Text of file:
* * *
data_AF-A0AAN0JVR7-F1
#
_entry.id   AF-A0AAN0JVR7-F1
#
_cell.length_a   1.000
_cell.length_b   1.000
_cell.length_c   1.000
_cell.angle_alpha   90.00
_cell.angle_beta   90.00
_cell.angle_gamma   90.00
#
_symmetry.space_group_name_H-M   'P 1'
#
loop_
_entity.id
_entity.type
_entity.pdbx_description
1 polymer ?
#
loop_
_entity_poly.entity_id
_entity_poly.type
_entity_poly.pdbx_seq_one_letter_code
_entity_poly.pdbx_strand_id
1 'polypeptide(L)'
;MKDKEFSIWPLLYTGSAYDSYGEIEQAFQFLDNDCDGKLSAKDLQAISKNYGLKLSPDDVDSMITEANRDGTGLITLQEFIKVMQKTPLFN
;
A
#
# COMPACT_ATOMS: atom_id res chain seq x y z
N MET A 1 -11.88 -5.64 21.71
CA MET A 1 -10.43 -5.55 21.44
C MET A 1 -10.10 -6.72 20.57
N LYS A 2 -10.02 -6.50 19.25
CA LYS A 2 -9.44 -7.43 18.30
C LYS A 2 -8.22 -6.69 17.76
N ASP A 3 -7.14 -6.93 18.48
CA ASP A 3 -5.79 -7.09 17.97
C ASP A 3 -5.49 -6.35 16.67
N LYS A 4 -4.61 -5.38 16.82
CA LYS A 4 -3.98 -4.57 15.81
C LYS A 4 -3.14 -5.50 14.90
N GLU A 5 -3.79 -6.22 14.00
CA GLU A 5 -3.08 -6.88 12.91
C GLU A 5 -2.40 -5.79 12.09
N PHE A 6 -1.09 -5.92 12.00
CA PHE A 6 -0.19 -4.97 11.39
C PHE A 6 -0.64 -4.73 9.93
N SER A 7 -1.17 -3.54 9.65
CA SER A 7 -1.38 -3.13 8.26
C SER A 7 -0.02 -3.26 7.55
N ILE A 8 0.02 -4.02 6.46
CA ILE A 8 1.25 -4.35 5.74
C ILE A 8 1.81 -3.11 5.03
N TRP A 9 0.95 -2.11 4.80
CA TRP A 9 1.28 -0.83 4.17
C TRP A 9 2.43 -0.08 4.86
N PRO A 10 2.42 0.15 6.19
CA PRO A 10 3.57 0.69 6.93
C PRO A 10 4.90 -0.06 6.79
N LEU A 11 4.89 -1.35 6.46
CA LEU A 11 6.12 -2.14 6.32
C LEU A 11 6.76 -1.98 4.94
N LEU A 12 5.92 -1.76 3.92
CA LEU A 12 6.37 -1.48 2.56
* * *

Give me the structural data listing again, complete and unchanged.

data_AF-A0AAN0JVR7-F1
#
_entry.id   AF-A0AAN0JVR7-F1
#
_cell.length_a   1.000
_cell.length_b   1.000
_cell.length_c   1.000
_cell.angle_alpha   90.00
_cell.angle_beta   90.00
_cell.angle_gamma   90.00
#
_symmetry.space_group_name_H-M   'P 1'
#
loop_
_entity.id
_entity.type
_entity.pdbx_description
1 polymer ?
#
loop_
_entity_poly.entity_id
_entity_poly.type
_entity_poly.pdbx_seq_one_letter_code
_entity_poly.pdbx_strand_id
1 'polypeptide(L)'
;MKDKEFSIWPLLYTGSAYDSYGEIEQAFQFLDNDCDGKLSAKDLQAISKNYGLKLSPDDVDSMITEANRDGTGLITLQEFIKVMQKTPLFN
;
A
#
# COMPACT_ATOMS: atom_id res chain seq x y z
N MET A 1 -11.88 -5.64 21.71
CA MET A 1 -10.43 -5.55 21.44
C MET A 1 -10.10 -6.72 20.57
N LYS A 2 -10.02 -6.50 19.25
CA LYS A 2 -9.44 -7.43 18.30
C LYS A 2 -8.22 -6.69 17.76
N ASP A 3 -7.14 -6.93 18.48
CA ASP A 3 -5.79 -7.09 17.97
C ASP A 3 -5.49 -6.35 16.67
N LYS A 4 -4.61 -5.38 16.82
CA LYS A 4 -3.98 -4.57 15.81
C LYS A 4 -3.14 -5.50 14.90
N GLU A 5 -3.79 -6.22 14.00
CA GLU A 5 -3.08 -6.88 12.91
C GLU A 5 -2.40 -5.79 12.09
N PHE A 6 -1.09 -5.92 12.00
CA PHE A 6 -0.19 -4.97 11.39
C PHE A 6 -0.64 -4.73 9.93
N SER A 7 -1.17 -3.54 9.65
CA SER A 7 -1.38 -3.13 8.26
C SER A 7 -0.02 -3.26 7.55
N ILE A 8 0.02 -4.02 6.46
CA ILE A 8 1.25 -4.35 5.74
C ILE A 8 1.81 -3.11 5.03
N TRP A 9 0.95 -2.11 4.80
CA TRP A 9 1.28 -0.83 4.17
C TRP A 9 2.43 -0.08 4.86
N PRO A 10 2.42 0.15 6.19
CA PRO A 10 3.57 0.69 6.93
C PRO A 10 4.90 -0.06 6.79
N LEU A 11 4.89 -1.35 6.46
CA LEU A 11 6.12 -2.14 6.32
C LEU A 11 6.76 -1.98 4.94
N LEU A 12 5.92 -1.76 3.92
CA LEU A 12 6.37 -1.48 2.56